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Get The Lead Out

The Perfect Way to Motivate Your Large Barge

Heavy hitters for heavy rides. That's what we need. Few street cars are lightweights, a fact that challenges their power to "get up and go." What we need is torque--lots of torque--because that's what makes cars go. Horsepower is cool for racing, but our rides need torque. Luckily for us, the folks at GM Performance Parts (GMPP) have already worked out a plan to build lots of torque into a package that's affordable and easy to get. We're talking about GMPP's HT 383 small-block crate engine. Designed and built to produce torque in the low-rpm range that rods and trucks see, the HT 383 is a fine choice for our heavy rides. Plus, it's easy to install; just about everyone has, or can make, headers for it, and hooking up transmissions is a piece of cake. All these benefits make the HT 383 even more desirable. So if you're looking to transplant some new muscle into your old rod, this is something you should check out.

LOW-END GRUNT
Too often, horsepower is the concern of an engine builder and the topic of much discussion on Saturday nights. Torque gets left out of the picture. But our heavy machines need torque so we have to be concerned with it. Otherwise, we'll be left in the dust by some stinkin' little import! With its advertised 435 lb-ft peak torque rating, and an observed 429 lb-ft in our dyno test, this little brute can take on any comer. Plus, with more than 407 lb-ft of average torque all the way from 2,500 to its 5,000 rpm redline, this little puppy will plant you back in the seat and never let you out until your foot gets off the gas! And, with the skyrocketing prices of gasoline today, it's also nice to know that this motor was engineered to run on cheap 87-octane so you won't go broke feeding it every week.

OUR TEST MULE
For our test we wanted to build something a little retro, yet something a little extreme. GMPP usually offers its HT 383 as a complete long-block assembly including late-model Vortec iron heads, or even the hot, Fast-Burn aluminum heads, and a complete top end package. But we didn't want the look of newer heads under our hood, so we went with GMPP's new "492" reproduction heads. These heads feature all the performance of the rare classics, but also include some accessory boltholes on the ends to hang stuff like alternators and A/C, and to fool the cruise night gawkers, too. We also wanted to upgrade the unseen internals of this engine a bit as well. After all, we may be building a retro powerplant, but that doesn't mean we can't take advantage of some trick power parts. So we installed GMPP's recommended hydraulic roller camshaft and all its related parts. Sure, that added to the overall cost of the engine, but the increases in power, longevity, and even fuel economy made it all worthwhile. Not only is GMPP's HT 383 powerful, it's also beautiful, in a low-key sort of way. The engine's black and bare metal appearance fits right under our hoods. And the cost of it won't rob you blind. It's under $4k price tag puts it at less than you'd probably pay to have someone custom build one for you. All of this in a package that's only one phone call away. It's almost too easy to get the lead out today.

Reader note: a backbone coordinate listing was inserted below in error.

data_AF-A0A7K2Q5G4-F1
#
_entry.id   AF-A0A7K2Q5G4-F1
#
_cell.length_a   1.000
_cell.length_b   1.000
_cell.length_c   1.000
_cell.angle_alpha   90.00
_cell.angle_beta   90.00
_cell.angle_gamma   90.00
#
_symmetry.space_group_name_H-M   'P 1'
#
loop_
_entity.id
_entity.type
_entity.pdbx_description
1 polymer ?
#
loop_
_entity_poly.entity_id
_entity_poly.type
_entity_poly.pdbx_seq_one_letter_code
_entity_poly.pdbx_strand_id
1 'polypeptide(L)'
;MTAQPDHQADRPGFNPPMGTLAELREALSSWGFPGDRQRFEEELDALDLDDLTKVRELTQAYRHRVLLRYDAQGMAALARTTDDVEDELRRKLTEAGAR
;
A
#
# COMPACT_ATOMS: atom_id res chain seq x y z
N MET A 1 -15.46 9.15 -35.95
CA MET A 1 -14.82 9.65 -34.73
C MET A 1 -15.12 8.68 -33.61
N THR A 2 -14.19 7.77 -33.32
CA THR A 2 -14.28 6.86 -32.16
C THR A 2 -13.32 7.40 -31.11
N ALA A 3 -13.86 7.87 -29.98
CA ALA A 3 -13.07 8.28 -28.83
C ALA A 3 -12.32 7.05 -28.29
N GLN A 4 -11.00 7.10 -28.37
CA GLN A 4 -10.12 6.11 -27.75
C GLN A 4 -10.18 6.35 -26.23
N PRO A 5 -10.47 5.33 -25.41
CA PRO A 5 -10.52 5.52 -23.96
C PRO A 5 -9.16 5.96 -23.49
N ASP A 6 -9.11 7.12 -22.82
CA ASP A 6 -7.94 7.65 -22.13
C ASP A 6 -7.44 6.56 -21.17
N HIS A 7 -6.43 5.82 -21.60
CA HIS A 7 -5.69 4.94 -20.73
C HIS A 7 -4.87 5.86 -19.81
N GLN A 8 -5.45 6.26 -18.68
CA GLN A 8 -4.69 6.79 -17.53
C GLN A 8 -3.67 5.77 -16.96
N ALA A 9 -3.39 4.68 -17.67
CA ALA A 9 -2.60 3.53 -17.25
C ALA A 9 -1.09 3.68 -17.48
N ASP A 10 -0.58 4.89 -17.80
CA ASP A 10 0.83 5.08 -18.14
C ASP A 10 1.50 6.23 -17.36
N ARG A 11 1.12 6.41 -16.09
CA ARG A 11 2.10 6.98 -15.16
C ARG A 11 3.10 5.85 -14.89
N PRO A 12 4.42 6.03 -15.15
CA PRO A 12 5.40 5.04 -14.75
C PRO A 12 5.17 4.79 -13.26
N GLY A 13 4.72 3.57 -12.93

HT 383 PARTS LIST
Short block PN 12499106
CID 383
CR 9.1:1
Stroke 3.80
Bore 4.00
Cam Hyd roller
Specs 196/207 degrees @ .050, .431/.451 lift Rockers 12370838 (roller, self-aligning)
Crank Forged steel
Heads PN 12480092 cast iron
Valves 2.02/1.60
Intake Edelbrock 7501 (RPM Air-Gap)
Carb Edelbrock AVS 650
GM's rated HP 340 @ 4,500
GM's rated TQ 435 @ 4,000
Observed HP 327 @ 4,600
Observed TQ 429 @ 3,300

POWER TO MOVE
Factory rated performance figures are cool, but we wanted to see for ourselves. So we picked up an HT 383 and hauled it over to our friends at Pro Machine for a complete teardown and inspection. After Pro Machine was done with it, they rolled it into their next-door neighbor's shop, Dyno-Motive, and hooked it up to the DTS engine dyno for some power pulls. When the day was done, our HT 383 never quite made the power that GMPP claimed it would. But we did make more power than some of the mail-order dealers are claiming for this engine on their Web sites. All told, the figures we saw were within just a few percent of all the others, which tells us that this is one rock-solid performer. We were probably down on power simply as a result of us testing on a very hot, humid day and because our dyno headers (1 7/8 inch) were a little too big to make the best torque (1 5/8 inch would have been better).

GMPP HT 383 DYNO TEST
RPM TQ HP
2,600 415 205
2,800 417 222
3,000 424 242
3,200 428 261
3,400 428 277
3,600 425 291
3,800 419 303
4,000 410 312
4,200 401 321
4,400 388 325
4,600 373 327
4,800 356 325
MAX 429 327
AVG 408 282

CARB AND MANIFOLD TESTING
Even though we know GMPP's intake manifolds are good pieces, we wanted to try something different. So we tested Edelbrock's new EPS intake against its Performer RPM Air-Gap to see which would work best. It turned out that both worked equally well, producing almost identical power figures in either test. The slightest advantage went to the Air-Gap, probably because of this engine's larger displacement, so we left it in place. Also, the carb shown here, the AVS 650, is the one that ran the best so it'll live on the engine as well.

 

 

 

 

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